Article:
It’s no secret that ride-hailing giants Uber are looking to recruit traditional taxis onto their platform over the next couple of years.
The operator has moved fast in some global markets, including New York, Paris and Brussels, but how will they ever be able to entice UK cabbies onto the platform after a turbulent decade?
According to TaxiPoint readers, it may be a tough sell for a significant proportion of the taxi community. Many would say Uber played a key role in the demise of the taxi trade since arriving in June 2012, by taking ‘disruption’ to a new level.
However, the industry has now recovered in terms of demand and many see Uber operating on a more level playing field now that workers’ rights and VAT have been applied.
The global operator has been successful in its ‘Local Cab’ introduction, which allows regional private hire vehicle (PHV) operators to appear on the Uber platform across the UK. Many would not have seen this achievable some years back, such was the intensity of feeling against Uber.
Will taxi drivers join?
The vast majority will NOT for several reasons, but there may be some incentives that could prompt recruitment of drivers onto the platform.
Let’s look at the THREE big reasons why they won’t join.
History. Many drivers in places like London, Glasgow, Liverpool, Edinburgh and other major cities have fought Uber for a number of years. There is little chance they will ever partner up with a company that has caused them so much stress over a significant time period.
Choice. There’s already a huge amount of choice on the market for cabbies looking to gain work on hailing app platforms.
Demand. Street work is commission free and instant with no run-ins and dead mileage costs. With demand high at the moment it has been a struggle for trusted black cab apps to cover demand at peak-times.
Despite the mammoth drawbacks, don’t expect Uber to give up on the UK taxi industry. Just because something is difficult, it doesn’t make it impossible.
Here are THREE tactics Uber could use to attract Hackney Carriage taxis onto the Uber platform.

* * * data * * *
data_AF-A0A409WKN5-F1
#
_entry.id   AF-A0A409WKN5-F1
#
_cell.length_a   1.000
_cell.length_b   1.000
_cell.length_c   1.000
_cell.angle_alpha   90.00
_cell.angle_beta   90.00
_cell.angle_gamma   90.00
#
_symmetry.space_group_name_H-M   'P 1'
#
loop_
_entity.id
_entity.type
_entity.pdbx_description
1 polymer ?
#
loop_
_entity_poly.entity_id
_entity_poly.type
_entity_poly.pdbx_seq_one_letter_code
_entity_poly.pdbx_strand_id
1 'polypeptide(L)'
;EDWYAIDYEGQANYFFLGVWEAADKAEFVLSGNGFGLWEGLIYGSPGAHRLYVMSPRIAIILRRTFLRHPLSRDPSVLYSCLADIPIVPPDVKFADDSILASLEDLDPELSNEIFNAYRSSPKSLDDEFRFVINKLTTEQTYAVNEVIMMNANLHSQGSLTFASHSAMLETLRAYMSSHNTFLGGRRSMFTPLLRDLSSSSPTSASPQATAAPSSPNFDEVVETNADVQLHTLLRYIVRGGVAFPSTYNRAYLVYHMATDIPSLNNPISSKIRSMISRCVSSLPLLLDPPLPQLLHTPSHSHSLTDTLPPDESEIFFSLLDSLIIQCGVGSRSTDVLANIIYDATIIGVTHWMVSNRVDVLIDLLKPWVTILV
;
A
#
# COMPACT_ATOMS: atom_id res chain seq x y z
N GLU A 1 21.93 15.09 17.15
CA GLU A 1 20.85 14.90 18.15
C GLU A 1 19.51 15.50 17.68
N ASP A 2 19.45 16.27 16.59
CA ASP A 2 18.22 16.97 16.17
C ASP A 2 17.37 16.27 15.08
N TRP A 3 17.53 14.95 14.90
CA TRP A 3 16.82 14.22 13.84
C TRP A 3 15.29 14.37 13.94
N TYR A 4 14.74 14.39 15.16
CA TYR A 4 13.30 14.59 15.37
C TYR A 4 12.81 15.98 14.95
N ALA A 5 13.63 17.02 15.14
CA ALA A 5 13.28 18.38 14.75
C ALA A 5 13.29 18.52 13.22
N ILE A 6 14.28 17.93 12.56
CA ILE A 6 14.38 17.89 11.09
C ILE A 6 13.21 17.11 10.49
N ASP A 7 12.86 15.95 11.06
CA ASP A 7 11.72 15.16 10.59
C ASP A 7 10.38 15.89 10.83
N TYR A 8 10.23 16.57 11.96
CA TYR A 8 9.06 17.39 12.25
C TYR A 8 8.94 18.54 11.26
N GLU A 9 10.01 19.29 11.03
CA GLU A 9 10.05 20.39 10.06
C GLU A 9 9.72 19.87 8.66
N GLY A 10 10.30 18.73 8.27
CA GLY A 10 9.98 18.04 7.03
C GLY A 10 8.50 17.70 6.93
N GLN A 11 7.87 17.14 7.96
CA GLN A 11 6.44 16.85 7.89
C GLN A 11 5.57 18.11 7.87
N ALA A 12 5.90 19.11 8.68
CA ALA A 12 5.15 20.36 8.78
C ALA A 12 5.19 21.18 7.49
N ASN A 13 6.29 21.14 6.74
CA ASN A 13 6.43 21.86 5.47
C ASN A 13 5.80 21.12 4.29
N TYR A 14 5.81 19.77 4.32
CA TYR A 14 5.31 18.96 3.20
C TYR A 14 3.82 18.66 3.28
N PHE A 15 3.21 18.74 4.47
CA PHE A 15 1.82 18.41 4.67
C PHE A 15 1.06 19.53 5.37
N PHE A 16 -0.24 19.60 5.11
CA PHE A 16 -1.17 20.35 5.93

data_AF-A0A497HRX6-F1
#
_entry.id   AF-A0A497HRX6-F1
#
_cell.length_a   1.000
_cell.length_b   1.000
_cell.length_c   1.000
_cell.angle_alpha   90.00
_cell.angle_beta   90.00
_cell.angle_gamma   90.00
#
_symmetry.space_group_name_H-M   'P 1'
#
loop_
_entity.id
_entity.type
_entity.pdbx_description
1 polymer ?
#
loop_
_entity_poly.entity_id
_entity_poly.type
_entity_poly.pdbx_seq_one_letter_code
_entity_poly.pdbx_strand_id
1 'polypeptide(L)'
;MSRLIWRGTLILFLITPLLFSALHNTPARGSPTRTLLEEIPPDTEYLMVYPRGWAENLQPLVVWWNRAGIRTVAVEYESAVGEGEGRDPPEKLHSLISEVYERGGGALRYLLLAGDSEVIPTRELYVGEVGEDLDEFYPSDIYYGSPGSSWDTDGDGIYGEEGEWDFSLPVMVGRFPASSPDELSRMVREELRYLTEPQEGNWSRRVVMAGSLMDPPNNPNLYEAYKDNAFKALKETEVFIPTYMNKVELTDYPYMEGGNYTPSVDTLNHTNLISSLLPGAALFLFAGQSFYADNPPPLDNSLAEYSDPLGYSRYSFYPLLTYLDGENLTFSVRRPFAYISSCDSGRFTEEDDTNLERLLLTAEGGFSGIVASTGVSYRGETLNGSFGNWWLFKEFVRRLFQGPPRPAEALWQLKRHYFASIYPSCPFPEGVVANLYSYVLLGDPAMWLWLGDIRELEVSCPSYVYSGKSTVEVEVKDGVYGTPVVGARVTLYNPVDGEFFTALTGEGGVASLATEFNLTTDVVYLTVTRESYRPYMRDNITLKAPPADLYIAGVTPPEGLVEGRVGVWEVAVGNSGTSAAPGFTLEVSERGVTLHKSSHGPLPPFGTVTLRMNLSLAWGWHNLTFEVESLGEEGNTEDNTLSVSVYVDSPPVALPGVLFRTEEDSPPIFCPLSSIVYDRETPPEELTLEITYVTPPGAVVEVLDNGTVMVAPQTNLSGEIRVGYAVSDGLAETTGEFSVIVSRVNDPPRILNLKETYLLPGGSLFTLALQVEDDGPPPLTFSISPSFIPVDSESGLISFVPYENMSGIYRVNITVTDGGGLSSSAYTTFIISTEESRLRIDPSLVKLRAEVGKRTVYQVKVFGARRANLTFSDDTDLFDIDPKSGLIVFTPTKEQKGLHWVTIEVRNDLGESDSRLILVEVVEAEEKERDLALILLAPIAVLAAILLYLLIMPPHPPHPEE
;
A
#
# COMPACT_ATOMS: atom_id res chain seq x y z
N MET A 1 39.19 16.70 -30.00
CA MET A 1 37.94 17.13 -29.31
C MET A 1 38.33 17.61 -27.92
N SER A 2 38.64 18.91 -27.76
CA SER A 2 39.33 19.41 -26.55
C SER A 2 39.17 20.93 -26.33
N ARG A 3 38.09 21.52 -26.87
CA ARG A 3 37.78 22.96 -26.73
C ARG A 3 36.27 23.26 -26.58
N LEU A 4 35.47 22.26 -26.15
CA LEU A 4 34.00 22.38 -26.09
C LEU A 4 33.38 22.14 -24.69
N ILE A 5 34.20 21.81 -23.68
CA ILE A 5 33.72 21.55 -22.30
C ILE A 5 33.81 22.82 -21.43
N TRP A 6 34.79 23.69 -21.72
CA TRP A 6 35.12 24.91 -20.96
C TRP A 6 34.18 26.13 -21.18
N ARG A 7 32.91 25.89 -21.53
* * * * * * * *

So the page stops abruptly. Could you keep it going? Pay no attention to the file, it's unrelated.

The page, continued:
New drivers. We’ve discussed that current taxi drivers are unlikely to be interested, but what about the new drivers coming through? Uber have a wealth of PHV drivers they could fund through the varying licensing processes found in each region. Recruitment of taxi drivers has been tough in recent years, but could some savvy PR and investment make Uber look like the saviours of the taxi trade long-term by increasing the number of cabbies for the first time in a decade? It’s not completely implausible to see an ‘Uber Knowledge School’ enter the market.
Buying or partnering up with black cab apps and services. This has been a tactic used in other global cities. Uber reached agreements to list New York City and San Francisco taxis on the Uber app through partnerships with CMT, Curb, Yellow Cab SF, and Flywheel Technologies. Local cab has already picked up some smaller rural taxi firms in the UK, but could we see a more traditional black cab app appear on Local Cab for example? It’s not impossible.
Massive financial incentives. Money talks in the taxi industry. In fact, it speaks loudly in any sector of business. Big signing on fees offered to drivers, low commission fees and regular high value work may just turn a few seasoned cabbie heads. It’s however unclear whether Uber have the financial clout they once had to make long-term head way.
TaxiPoint predicts Uber will make their first move in the UK this year. How will the market react?